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Climate Change Driving Electric Industry Evolution



The electric utility industry is pursuing business innovation and technological advances in order to address climate change, according to the Edison Electric Institute (EEI).


By CP Editorial Staff   Power & Communication

The electric utility industry is pursuing business innovation and technological advances in order to address climate change, according to the Edison Electric Institute (EEI).

Addressing the Wall Street financial community, EEI President Tom Kuhn provided an overview of the industry as it faces reducing emissions from electric generation, the need for new infrastructure in the face of increasing electric demand, greater costs for construction materials and labor, and an imperative for industry-led conservation and energy-efficiency programs.

Growth in demand has led to an acute need for more generating capacity and transmission infrastructure, but the backdrop continues to be climate change and the need for reducing emissions, Kuhn said.

"Realistic carbon reduction targets and harmonizing those targets with the development and commercialization of the needed technologies (nuclear, carbon-capture and storage for coal-based generation, natural gas and renewables) to reach those targets will be essential," he said. "An upper limit on the price of carbon emission allowances, an economy-wide focus, utilization of carbon offsets and meaningful participation by developing nations also will be very important."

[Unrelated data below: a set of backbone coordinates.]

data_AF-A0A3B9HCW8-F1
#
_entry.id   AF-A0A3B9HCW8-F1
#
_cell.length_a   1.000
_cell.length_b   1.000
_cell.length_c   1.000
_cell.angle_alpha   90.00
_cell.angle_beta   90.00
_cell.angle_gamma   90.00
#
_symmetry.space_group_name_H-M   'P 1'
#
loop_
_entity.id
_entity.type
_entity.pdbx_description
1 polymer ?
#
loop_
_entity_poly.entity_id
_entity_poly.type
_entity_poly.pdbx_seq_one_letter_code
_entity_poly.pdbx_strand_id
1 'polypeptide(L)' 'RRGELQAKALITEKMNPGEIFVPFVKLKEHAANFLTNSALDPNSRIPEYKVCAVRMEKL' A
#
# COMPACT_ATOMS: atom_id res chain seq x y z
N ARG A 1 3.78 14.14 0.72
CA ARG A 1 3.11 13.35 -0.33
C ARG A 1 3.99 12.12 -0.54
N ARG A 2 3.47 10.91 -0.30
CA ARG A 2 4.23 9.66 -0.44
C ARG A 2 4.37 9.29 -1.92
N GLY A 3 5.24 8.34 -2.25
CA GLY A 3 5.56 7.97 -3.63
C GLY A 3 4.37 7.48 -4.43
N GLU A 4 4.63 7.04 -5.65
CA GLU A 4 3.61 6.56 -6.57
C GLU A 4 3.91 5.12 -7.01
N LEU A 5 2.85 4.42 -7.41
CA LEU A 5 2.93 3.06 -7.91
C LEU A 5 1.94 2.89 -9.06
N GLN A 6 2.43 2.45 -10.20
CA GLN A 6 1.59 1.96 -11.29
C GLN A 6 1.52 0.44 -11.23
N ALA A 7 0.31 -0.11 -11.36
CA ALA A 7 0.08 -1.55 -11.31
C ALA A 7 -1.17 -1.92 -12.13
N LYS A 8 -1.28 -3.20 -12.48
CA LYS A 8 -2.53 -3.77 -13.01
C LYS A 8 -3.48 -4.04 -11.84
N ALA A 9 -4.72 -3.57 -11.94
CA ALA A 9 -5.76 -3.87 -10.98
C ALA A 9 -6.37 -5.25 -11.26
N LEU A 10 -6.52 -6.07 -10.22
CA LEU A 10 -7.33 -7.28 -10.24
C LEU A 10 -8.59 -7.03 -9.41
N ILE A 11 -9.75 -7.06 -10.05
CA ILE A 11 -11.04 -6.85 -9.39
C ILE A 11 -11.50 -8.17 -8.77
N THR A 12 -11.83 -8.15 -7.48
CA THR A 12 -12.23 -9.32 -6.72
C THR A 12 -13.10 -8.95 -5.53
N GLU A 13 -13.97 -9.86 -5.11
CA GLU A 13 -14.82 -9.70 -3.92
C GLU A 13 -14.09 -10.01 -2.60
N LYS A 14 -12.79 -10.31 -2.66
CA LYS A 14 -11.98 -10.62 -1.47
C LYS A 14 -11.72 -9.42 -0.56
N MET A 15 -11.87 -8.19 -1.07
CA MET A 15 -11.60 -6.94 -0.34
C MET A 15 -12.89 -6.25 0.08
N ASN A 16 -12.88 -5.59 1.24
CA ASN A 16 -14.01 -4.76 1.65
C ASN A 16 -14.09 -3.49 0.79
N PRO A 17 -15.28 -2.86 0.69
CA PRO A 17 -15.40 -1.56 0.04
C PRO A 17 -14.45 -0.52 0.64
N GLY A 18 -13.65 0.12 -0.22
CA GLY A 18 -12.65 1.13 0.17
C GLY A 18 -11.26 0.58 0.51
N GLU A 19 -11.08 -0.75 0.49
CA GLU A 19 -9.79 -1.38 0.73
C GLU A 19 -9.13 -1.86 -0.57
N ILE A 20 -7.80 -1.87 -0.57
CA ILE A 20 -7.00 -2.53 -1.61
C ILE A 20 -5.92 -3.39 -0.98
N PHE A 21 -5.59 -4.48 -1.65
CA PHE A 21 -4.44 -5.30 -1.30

Increased demand has led to strong financial performance on the part of utilities during the past five years, with the EEI index of companies producing an average 20 percent annual return during that time.

Some of the solutions Kuhn looks to for a reduction in the carbon foot print are the widespread commercialization of plug-in hybrid vehicles, adding energy efficiency to utilities' portfolios of resources and renewable resources with new transmission infrastructures.

Traditional generation resources - coal, natural gas and nuclear - will remain important, both in maintaining short-term reliability and affordability as well as meeting future demand, Kuhn said.



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  posted on 2/14/2008   Article Use Policy




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